Analysis of Mercury Speciation Profiles Currently Used for Atmospheric Chemistry Modelling
Analysis of Mercury Speciation Profiles Currently Used for Atmospheric
Wisconsin Department of Natural Resources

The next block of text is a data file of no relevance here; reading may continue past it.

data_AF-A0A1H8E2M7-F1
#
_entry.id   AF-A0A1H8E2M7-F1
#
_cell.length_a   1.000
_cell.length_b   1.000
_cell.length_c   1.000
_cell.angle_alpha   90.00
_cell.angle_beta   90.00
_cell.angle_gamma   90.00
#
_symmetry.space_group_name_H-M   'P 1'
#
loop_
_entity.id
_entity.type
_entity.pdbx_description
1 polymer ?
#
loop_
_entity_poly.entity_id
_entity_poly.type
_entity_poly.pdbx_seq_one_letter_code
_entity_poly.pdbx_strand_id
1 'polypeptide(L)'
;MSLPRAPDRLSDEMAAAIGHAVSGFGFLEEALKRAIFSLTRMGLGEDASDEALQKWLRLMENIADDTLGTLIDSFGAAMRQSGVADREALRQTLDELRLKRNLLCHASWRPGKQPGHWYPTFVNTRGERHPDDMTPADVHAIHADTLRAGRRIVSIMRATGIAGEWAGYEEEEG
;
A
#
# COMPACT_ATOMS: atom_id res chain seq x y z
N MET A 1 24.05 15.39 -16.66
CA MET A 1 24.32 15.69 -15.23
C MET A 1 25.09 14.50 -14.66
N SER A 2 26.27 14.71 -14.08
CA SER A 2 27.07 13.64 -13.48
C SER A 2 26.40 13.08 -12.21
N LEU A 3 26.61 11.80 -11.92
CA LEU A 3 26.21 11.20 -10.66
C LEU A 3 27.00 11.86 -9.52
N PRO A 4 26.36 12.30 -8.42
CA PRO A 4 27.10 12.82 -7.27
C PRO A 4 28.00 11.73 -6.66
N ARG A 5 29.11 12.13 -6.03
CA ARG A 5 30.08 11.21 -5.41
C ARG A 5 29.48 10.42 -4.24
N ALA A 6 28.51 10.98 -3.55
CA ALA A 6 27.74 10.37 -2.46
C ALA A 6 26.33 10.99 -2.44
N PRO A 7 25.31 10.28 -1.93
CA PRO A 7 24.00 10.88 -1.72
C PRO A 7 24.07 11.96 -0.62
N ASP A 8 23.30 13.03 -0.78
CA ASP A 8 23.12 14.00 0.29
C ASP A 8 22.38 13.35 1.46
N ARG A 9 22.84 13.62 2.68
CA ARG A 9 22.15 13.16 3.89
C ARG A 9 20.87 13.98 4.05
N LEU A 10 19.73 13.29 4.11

Data obtained by the United States Environmental Protection Agency (USEPA) as part of an Information Collection Request (ICR) addressing Section 112 of the Clean Air Act, have been used to estimate speciation for every coal-fired utility boiler in the United States based on type of coal used, type of boiler, and type of controls. Paul Chu and Leonard Levin of EPRI gave a presentation to the Utility Work Group in Washington D.C. on December 18, 2001. The presentation, “EPRI ICR Data Analyses”, discusses the methods used to estimate mercury emissions and speciation for coal-fired boilers based on the data collected. It also discusses the limitations: many variables are not directly correlated (LOI, flue gas temperature, flue gas residence time, metal concentrations in coal, effect of SCR, SNCR, NH3), the analyses of coal defines mercury entering boiler, and the analyses assumed that there is no mercury in bottom ash. Despite the room for improvement, speciation for coal-fired boilers is in much better shape than any other category. This is good news if you are myopically interested in coal-fired boilers, but not good news if you are interested in the bigger picture of atmospheric mercury cycling in Wisconsin’s environment. Speciation largely determines the distance that mercury emitted from a source is transported [Hg(II) typically is removed from the atmosphere within 100km of the source] and its reactivity. Therefore, inaccurate speciation profiles can result in under or over estimating the contribution to local deposition of a particular source category.